Weed detection technology is back! It's still limited to non-crop situations (pre-seed, chem-fallow, post-harvest), but a couple of emerging issues make it increasingly valuable, particularly for larger farms. Also, advances in the technology make it more useful and accurate than the early versions.[caption id="attachment_9481" align="alignright" width="201"] Photo of the WeedIT system from its website.[/caption]
The new technology allows producers to drive up to 25 km/h over fields confident the system is targeting the weeds specifically and not simply broadcasting chemical over the entire field.
This is especially beneficial when using expensive tank blends to avoid weed resistance. Also, it allows a farmer to carry less mix in the tank during spring when machinery weight on soft fields can be an issue.
[caption id="attachment_9479" align="alignleft" width="300"] Tom Wolf of sprayers101.com[/caption]
The WEEDIT system impresses Tom Wolf of Sprayers101.com , marketed in Canada by Tramontana. In addition to faster travel speed capability, it also has higher resolution, offering a nozzle every 20 cm for greater chemical savings potential. It's distributed in Alberta by AGA Agro (Travis Albrecht in Schuler, https://www.agaagro.com/index.html).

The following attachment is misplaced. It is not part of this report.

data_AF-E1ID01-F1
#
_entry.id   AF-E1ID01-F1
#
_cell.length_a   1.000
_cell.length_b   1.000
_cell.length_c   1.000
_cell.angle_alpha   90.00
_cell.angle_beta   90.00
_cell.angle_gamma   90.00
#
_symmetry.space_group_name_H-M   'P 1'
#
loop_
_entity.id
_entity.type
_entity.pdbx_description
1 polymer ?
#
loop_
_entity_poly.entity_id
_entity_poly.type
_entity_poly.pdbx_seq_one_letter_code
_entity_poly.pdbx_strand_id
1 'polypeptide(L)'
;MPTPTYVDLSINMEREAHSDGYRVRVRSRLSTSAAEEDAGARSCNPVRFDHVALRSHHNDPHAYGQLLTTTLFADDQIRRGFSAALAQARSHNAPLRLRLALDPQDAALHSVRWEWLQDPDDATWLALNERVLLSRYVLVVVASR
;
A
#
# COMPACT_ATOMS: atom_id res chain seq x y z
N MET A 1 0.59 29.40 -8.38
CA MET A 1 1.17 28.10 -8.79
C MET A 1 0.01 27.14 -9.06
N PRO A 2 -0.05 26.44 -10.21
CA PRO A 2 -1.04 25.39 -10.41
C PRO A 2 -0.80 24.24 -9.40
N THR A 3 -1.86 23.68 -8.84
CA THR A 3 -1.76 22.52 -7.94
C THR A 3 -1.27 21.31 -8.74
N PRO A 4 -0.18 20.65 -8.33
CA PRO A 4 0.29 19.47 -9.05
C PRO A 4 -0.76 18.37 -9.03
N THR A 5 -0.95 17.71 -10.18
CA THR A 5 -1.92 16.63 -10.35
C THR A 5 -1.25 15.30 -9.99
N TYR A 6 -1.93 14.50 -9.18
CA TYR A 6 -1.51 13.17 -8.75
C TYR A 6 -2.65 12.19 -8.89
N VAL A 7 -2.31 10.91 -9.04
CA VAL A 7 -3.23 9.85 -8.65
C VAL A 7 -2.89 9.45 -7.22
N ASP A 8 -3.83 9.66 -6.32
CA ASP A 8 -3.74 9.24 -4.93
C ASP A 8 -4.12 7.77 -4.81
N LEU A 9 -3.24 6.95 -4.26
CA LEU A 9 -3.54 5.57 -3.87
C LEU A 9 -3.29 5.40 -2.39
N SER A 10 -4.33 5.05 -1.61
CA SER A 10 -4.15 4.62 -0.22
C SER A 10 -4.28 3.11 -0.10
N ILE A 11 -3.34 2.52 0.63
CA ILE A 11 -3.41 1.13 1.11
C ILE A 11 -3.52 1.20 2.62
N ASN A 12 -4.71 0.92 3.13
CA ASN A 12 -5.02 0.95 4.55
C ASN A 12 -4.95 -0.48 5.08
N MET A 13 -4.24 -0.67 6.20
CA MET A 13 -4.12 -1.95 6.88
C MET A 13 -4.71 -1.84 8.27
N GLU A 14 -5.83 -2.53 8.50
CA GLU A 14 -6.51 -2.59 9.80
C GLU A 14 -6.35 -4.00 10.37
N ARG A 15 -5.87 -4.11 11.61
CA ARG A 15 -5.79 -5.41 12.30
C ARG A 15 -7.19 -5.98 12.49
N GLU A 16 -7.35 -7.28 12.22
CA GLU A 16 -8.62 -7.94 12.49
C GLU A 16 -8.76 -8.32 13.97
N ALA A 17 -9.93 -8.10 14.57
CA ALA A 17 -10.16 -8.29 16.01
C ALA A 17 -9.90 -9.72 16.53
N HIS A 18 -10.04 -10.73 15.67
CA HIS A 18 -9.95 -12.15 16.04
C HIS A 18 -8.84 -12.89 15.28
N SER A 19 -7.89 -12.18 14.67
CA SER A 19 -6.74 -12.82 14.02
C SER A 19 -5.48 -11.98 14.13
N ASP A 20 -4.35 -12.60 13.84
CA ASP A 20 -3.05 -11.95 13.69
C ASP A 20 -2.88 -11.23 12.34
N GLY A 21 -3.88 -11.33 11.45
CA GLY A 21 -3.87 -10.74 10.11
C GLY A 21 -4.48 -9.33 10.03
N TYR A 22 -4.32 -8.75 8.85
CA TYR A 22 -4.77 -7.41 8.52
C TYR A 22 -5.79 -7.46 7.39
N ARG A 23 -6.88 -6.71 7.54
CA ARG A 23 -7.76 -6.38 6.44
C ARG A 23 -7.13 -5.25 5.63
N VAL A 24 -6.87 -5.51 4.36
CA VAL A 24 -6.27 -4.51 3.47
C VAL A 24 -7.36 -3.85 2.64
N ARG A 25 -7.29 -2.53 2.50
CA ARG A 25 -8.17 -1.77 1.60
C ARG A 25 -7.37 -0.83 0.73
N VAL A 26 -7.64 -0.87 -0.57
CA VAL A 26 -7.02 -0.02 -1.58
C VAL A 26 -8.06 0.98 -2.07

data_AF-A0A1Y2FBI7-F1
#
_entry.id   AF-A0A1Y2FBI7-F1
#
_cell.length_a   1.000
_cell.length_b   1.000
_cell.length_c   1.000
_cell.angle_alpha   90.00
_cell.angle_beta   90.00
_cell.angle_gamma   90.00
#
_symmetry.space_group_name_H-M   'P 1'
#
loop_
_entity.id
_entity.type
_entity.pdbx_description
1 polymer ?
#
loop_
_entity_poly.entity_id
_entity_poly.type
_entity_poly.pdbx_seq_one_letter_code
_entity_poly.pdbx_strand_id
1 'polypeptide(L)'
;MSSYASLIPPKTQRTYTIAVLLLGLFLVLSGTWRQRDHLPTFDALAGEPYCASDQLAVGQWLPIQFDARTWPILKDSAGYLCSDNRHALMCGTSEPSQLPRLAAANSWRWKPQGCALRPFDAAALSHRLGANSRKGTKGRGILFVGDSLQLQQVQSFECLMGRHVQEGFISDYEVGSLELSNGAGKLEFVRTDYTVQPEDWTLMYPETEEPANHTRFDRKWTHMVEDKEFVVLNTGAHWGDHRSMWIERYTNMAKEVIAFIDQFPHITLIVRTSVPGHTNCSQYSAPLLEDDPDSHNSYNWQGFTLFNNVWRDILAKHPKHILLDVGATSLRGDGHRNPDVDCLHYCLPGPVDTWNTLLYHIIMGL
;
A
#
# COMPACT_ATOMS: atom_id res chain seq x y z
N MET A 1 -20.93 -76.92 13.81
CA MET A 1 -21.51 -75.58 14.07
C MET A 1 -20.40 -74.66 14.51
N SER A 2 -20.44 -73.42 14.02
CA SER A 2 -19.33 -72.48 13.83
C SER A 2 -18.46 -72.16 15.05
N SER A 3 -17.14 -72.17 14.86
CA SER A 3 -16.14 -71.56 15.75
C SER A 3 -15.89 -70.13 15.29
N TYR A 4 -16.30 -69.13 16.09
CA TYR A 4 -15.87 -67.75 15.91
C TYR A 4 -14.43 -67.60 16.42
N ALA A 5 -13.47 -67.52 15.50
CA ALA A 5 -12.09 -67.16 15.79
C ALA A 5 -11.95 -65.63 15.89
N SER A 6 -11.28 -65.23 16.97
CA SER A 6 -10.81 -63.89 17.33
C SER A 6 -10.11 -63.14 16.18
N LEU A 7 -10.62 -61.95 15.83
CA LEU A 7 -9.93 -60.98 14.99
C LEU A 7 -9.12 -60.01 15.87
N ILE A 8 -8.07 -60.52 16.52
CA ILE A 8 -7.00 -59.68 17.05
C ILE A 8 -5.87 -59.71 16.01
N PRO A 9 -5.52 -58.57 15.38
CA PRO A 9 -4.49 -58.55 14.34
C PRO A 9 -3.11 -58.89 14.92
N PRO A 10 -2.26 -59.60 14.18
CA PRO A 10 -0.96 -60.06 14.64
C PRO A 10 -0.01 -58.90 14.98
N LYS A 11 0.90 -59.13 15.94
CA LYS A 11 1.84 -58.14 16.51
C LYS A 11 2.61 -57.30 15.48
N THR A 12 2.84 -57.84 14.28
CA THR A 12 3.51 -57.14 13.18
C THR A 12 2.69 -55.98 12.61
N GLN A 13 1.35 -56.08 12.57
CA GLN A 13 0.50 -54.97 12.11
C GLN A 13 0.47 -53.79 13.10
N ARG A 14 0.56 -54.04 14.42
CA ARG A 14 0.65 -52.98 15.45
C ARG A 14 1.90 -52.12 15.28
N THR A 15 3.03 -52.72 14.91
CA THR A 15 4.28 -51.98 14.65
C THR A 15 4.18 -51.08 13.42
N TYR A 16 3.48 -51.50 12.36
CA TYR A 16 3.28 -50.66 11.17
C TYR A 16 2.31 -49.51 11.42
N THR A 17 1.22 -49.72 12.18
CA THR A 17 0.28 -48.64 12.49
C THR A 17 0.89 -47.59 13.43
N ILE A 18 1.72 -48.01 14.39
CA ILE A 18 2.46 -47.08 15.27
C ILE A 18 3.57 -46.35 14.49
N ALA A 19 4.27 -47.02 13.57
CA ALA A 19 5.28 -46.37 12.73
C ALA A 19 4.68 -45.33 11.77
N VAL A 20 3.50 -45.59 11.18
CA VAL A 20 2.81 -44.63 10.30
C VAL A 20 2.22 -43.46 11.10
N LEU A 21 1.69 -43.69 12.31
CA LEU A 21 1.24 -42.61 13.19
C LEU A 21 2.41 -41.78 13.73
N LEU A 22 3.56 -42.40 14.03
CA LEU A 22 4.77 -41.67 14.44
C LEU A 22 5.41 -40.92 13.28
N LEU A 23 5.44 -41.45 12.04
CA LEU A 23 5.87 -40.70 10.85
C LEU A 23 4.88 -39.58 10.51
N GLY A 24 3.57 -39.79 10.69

The system can have 36 sensors one meter apart; which fits a 120-foot boom. As the system travels over the field, it sprays only when a sensor detects weeds in its path and turns on just the nozzles needed to apply an appropriate dose of herbicide.
Just how responsive is this technology? Watch this video out of Australia to see one play a Michael Jackson song written in weeds!Now, we're not going to recommend you play songs with weeds, but it does seem to illustrate the accuracy of the system.
Tom commented that, "Once you see the technology in action, it's hard to go back to broadcast spraying."